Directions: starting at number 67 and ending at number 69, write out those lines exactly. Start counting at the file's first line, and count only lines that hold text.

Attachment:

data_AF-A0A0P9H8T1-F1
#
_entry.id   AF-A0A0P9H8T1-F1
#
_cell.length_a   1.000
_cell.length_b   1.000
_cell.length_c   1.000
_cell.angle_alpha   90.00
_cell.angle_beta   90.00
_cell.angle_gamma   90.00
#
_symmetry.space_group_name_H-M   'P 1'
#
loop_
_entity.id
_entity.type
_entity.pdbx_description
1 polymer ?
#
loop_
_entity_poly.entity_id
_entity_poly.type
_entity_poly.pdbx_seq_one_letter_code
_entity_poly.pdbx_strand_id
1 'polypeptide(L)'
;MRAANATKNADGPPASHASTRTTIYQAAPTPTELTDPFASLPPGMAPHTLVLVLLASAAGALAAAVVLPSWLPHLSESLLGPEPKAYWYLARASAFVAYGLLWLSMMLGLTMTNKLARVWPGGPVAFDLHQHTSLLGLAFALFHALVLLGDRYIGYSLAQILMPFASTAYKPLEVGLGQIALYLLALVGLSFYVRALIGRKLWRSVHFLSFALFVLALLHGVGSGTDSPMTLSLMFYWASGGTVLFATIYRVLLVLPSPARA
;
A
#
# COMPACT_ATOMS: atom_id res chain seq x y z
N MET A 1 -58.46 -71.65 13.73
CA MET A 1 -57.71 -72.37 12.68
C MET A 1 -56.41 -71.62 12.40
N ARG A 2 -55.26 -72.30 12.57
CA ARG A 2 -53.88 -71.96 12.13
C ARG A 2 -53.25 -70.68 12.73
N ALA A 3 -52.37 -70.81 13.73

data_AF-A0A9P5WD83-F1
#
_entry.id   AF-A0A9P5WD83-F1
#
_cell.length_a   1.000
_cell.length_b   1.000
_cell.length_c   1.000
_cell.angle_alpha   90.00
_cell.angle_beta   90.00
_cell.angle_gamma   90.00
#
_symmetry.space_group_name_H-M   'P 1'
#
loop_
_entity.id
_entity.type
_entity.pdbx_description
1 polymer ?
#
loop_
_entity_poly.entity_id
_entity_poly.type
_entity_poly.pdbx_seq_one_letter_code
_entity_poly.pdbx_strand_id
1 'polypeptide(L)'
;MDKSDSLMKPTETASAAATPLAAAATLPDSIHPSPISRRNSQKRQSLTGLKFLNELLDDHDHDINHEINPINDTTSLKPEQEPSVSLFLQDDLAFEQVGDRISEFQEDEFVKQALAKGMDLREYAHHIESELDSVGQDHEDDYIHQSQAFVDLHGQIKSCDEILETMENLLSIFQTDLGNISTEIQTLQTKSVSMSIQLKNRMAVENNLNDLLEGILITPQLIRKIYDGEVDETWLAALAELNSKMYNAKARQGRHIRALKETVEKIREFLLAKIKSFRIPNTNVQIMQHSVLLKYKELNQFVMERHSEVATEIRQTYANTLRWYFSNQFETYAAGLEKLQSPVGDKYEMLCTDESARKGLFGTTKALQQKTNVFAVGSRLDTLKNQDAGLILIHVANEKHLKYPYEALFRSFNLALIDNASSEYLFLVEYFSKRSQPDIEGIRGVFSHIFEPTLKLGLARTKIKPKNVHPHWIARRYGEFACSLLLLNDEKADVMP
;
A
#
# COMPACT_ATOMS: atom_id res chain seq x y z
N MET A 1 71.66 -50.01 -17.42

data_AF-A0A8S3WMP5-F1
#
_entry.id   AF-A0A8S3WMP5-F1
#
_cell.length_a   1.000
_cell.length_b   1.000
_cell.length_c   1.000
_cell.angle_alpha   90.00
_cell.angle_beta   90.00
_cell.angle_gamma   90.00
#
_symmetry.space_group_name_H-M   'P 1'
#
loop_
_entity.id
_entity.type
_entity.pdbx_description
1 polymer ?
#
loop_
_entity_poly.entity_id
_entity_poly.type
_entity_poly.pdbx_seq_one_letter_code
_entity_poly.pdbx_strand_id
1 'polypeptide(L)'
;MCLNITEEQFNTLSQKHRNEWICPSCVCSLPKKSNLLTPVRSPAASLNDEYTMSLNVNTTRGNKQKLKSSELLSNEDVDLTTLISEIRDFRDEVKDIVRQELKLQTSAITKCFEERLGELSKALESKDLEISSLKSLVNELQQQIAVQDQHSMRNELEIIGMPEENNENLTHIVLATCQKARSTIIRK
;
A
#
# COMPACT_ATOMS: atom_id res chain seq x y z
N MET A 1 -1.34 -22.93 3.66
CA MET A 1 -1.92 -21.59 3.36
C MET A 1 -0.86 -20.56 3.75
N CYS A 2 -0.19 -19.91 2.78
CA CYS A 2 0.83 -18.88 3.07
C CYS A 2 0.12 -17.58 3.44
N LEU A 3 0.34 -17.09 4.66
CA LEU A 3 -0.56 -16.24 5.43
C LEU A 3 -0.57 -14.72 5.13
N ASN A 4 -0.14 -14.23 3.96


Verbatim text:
# COMPACT_ATOMS: atom_id res chain seq x y z
N MET A 1 71.66 -50.01 -17.42

data_AF-A0A8S3WMP5-F1